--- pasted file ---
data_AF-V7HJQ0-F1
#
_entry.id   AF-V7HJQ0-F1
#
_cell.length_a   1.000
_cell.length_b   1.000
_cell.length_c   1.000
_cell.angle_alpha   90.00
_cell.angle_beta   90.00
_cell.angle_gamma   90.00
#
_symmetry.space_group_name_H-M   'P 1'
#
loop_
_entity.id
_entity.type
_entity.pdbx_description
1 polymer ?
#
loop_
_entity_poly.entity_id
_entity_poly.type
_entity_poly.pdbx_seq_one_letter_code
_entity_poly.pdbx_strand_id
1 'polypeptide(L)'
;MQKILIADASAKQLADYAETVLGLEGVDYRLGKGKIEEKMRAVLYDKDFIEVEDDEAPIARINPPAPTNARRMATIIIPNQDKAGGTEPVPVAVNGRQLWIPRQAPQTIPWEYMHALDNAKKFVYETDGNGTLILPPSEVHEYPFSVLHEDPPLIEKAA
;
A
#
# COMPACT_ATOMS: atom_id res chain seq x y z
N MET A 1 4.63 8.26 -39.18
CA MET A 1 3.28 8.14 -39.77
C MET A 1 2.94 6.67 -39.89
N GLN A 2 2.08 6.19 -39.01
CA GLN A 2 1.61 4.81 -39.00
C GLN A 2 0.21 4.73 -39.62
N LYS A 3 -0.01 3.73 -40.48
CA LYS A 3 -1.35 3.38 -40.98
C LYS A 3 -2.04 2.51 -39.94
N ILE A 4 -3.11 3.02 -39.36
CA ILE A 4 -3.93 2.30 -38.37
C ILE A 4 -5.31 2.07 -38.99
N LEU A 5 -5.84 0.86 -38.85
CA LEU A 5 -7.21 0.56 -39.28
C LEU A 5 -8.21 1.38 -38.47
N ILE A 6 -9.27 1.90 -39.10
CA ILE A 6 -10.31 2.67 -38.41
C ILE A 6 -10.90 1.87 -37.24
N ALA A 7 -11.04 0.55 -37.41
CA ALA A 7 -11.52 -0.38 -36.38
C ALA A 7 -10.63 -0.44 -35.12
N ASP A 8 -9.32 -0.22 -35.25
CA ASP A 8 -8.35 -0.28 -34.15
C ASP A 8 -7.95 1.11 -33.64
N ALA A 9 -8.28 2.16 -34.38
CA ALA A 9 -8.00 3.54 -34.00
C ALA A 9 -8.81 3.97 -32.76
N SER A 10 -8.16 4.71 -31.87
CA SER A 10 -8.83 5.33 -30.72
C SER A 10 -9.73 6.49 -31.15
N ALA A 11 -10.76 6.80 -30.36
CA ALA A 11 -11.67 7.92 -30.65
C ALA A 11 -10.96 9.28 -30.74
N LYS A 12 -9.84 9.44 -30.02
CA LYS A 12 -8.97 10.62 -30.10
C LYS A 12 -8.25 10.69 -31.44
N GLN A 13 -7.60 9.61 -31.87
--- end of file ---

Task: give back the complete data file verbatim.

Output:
data_AF-V7HJQ0-F1
#
_entry.id   AF-V7HJQ0-F1
#
_cell.length_a   1.000
_cell.length_b   1.000
_cell.length_c   1.000
_cell.angle_alpha   90.00
_cell.angle_beta   90.00
_cell.angle_gamma   90.00
#
_symmetry.space_group_name_H-M   'P 1'
#
loop_
_entity.id
_entity.type
_entity.pdbx_description
1 polymer ?
#
loop_
_entity_poly.entity_id
_entity_poly.type
_entity_poly.pdbx_seq_one_letter_code
_entity_poly.pdbx_strand_id
1 'polypeptide(L)'
;MQKILIADASAKQLADYAETVLGLEGVDYRLGKGKIEEKMRAVLYDKDFIEVEDDEAPIARINPPAPTNARRMATIIIPNQDKAGGTEPVPVAVNGRQLWIPRQAPQTIPWEYMHALDNAKKFVYETDGNGTLILPPSEVHEYPFSVLHEDPPLIEKAA
;
A
#
# COMPACT_ATOMS: atom_id res chain seq x y z
N MET A 1 4.63 8.26 -39.18
CA MET A 1 3.28 8.14 -39.77
C MET A 1 2.94 6.67 -39.89
N GLN A 2 2.08 6.19 -39.01
CA GLN A 2 1.61 4.81 -39.00
C GLN A 2 0.21 4.73 -39.62
N LYS A 3 -0.01 3.73 -40.48
CA LYS A 3 -1.35 3.38 -40.98
C LYS A 3 -2.04 2.51 -39.94
N ILE A 4 -3.11 3.02 -39.36
CA ILE A 4 -3.93 2.30 -38.37
C ILE A 4 -5.31 2.07 -38.99
N LEU A 5 -5.84 0.86 -38.85
CA LEU A 5 -7.21 0.56 -39.28
C LEU A 5 -8.21 1.38 -38.47
N ILE A 6 -9.27 1.90 -39.10
CA ILE A 6 -10.31 2.67 -38.41
C ILE A 6 -10.90 1.87 -37.24
N ALA A 7 -11.04 0.55 -37.41
CA ALA A 7 -11.52 -0.38 -36.38
C ALA A 7 -10.63 -0.44 -35.12
N ASP A 8 -9.32 -0.22 -35.25
CA ASP A 8 -8.35 -0.28 -34.15
C ASP A 8 -7.95 1.11 -33.64
N ALA A 9 -8.28 2.16 -34.38
CA ALA A 9 -8.00 3.54 -34.00
C ALA A 9 -8.81 3.97 -32.76
N SER A 10 -8.16 4.71 -31.87
CA SER A 10 -8.83 5.33 -30.72
C SER A 10 -9.73 6.49 -31.15
N ALA A 11 -10.76 6.80 -30.36
CA ALA A 11 -11.67 7.92 -30.65
C ALA A 11 -10.96 9.28 -30.74
N LYS A 12 -9.84 9.44 -30.02
CA LYS A 12 -8.97 10.62 -30.10
C LYS A 12 -8.25 10.69 -31.44
N GLN A 13 -7.60 9.61 -31.87